The European Space Agency’s decision to replace Russian launch vehicles with those made in the US was forced upon Europeans by their big “ally,” a Russian cosmonaut has said, noting that the US was jealous of the cooperation.
Rene Pischel, head of ESA’s permanent office in Moscow, announced this week that Italian astronaut Luka Parmitano might be the last European to have travelled to space in the famed Soyuz MS-13 Russian launch vehicle, at least for the foreseeable future. Parmitano has been at the International Space Station (ISS) since July.
In the coming years the ESA would be switching to US spacecraft for the mission, Pischel said, noting that the arrangement had been made necessary by the contractual obligations existing between the ESA and NASA.
Russian cosmonaut Pavel Vinogradov told the website 360tv.ru that the ESA decision is a result of an ongoing pressure campaign by Washington.
As soon as Americans order something, everything is being done accordingly. Americans have always been extremely concerned about our very good relationship and work with the French and the Germans. They have been doing their best to destroy this cooperation
Vinogradov said that he does not believe that the ESA’s move would deal a blow to the Russian space industry, as many countries outside Europe are still keen on sending their men to space aboard a Soyuz so they can join an ever-expanding group of countries who already had done this.
For instance, the United Arab Emirates (UAE) is planning to send its first astronaut aboard a Soyuz rocket in September.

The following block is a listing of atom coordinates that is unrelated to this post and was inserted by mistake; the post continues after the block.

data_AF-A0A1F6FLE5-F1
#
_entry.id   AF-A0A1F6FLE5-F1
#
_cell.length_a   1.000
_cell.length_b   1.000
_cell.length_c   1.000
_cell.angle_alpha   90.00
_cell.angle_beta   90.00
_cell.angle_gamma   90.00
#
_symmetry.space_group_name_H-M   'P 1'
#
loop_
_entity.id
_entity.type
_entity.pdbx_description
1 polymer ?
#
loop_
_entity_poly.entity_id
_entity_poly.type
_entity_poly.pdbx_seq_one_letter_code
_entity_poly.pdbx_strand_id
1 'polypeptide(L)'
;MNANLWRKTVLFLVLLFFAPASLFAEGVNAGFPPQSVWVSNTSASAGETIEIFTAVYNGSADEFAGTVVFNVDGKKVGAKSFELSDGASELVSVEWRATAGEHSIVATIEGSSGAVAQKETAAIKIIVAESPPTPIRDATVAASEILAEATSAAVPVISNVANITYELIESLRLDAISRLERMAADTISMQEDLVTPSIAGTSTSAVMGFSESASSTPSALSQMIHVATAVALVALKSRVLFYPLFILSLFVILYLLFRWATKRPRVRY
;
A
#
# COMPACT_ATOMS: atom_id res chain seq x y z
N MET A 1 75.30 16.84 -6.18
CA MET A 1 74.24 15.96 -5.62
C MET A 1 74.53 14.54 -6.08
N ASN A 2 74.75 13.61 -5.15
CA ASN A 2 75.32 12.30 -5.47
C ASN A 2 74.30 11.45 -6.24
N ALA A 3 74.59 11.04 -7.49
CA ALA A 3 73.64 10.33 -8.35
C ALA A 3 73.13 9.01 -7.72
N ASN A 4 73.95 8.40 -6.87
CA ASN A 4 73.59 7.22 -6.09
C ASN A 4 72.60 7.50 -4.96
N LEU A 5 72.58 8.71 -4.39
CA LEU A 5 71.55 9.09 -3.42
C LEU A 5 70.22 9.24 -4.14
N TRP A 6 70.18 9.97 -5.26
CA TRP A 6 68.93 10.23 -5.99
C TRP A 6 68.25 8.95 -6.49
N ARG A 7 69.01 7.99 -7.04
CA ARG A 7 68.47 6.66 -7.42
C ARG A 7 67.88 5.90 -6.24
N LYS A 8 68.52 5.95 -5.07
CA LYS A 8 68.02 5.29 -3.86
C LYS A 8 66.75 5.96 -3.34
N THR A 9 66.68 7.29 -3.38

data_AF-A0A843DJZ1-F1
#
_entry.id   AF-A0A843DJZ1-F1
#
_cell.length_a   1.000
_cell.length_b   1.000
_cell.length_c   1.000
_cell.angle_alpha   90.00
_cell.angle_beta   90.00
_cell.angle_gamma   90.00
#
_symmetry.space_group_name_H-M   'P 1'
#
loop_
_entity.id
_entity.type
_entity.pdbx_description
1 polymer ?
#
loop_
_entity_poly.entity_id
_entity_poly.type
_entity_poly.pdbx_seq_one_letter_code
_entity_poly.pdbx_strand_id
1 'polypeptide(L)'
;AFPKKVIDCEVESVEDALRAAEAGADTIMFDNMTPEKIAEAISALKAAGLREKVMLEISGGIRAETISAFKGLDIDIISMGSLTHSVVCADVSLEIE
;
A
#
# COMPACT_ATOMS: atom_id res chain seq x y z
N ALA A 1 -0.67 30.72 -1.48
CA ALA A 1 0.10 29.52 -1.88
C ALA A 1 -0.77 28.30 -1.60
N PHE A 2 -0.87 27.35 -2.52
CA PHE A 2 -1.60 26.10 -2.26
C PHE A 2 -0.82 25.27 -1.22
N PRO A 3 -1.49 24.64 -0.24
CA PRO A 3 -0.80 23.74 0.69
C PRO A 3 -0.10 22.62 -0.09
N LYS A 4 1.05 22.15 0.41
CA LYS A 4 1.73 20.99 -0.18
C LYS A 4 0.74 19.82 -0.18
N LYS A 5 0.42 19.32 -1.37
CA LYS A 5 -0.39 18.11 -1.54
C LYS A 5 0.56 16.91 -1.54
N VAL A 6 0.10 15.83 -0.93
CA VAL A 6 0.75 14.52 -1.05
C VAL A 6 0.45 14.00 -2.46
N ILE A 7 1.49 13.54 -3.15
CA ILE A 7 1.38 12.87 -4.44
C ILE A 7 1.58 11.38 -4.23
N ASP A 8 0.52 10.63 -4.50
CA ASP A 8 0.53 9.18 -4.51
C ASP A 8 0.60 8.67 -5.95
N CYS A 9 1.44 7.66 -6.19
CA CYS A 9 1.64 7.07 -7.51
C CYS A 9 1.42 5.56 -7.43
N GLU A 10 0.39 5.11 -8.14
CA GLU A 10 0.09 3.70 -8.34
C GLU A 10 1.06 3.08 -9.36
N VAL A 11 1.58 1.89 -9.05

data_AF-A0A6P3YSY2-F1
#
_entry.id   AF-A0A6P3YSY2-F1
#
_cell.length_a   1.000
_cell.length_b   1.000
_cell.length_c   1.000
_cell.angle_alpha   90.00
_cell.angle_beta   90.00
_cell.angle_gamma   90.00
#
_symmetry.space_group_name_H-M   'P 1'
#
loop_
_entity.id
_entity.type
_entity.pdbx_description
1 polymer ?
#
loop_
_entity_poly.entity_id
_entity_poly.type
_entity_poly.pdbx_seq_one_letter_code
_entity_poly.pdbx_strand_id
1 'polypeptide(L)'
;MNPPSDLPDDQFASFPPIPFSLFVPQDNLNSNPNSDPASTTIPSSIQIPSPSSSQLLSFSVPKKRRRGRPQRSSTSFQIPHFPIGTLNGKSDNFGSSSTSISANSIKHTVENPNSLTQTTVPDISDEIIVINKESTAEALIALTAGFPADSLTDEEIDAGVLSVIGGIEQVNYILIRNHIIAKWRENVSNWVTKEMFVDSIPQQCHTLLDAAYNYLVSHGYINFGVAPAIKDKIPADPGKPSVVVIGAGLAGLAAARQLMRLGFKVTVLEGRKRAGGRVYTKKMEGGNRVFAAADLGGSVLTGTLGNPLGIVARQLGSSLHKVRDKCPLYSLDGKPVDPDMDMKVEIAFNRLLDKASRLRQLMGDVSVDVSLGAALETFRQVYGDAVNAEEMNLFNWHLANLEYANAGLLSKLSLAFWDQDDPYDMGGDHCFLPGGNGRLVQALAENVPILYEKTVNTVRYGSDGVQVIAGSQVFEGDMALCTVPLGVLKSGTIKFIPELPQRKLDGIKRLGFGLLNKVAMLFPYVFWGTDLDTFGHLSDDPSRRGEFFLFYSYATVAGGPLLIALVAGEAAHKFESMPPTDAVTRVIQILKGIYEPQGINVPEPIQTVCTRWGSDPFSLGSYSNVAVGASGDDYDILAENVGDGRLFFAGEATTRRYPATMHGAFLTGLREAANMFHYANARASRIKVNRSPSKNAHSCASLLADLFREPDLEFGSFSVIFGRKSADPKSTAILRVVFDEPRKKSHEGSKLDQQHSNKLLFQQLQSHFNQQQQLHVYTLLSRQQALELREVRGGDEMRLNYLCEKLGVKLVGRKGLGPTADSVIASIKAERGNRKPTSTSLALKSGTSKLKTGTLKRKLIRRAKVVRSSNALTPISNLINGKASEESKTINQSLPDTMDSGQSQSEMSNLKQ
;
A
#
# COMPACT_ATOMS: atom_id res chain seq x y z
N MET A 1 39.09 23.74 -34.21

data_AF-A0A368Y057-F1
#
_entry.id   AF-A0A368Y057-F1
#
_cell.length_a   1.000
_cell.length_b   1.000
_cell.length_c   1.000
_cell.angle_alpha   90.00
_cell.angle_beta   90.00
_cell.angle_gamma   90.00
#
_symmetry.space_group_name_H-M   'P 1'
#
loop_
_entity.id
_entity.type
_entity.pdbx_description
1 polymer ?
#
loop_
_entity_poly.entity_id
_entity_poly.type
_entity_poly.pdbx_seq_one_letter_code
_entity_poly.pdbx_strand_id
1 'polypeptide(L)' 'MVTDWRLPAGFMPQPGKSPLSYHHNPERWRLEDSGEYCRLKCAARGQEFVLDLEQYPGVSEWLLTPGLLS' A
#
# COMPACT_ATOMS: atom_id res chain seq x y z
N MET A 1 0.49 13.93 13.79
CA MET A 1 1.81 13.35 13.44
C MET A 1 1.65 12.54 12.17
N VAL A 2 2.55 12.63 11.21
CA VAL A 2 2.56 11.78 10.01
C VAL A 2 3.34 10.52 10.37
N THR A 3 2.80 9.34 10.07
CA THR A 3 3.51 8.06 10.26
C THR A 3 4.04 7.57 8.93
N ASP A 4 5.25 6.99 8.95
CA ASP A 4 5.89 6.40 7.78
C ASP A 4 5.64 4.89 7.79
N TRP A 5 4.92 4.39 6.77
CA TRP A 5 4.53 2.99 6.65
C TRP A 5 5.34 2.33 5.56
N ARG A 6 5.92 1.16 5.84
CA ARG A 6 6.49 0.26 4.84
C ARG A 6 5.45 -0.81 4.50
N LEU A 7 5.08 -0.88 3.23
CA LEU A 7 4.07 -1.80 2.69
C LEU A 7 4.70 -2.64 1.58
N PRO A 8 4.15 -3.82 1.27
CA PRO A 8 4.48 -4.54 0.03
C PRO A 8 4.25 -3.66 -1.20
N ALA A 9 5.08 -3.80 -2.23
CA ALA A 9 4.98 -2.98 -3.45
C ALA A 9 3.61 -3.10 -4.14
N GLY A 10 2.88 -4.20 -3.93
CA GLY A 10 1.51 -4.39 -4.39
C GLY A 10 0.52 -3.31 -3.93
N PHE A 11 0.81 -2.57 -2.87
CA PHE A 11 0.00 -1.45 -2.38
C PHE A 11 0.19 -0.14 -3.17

“This is not the preference of American launches, it is the US pressuring its allies, that’s all,” the cosmonaut said.
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Earlier this year, the Pentagon forbid US companies from relying on Russian space rocket launches and satellite services starting in 2023, a decision which the Russian space agency, Roscosmos, blasted as yet another example of “unfair competition.”
Since the US Space Shuttle program was shut down in 2011, the Soyuz has been the only way for anyone in the world, including NASA, to reach the ISS. Washington has since sought to end its dependence on Russia for space exploration, but the quest has been unsuccessful so far. SpaceX and Boeing were to deliver their replacement crew vehicles in 2017, but both their spacecraft are still in the testing phase.
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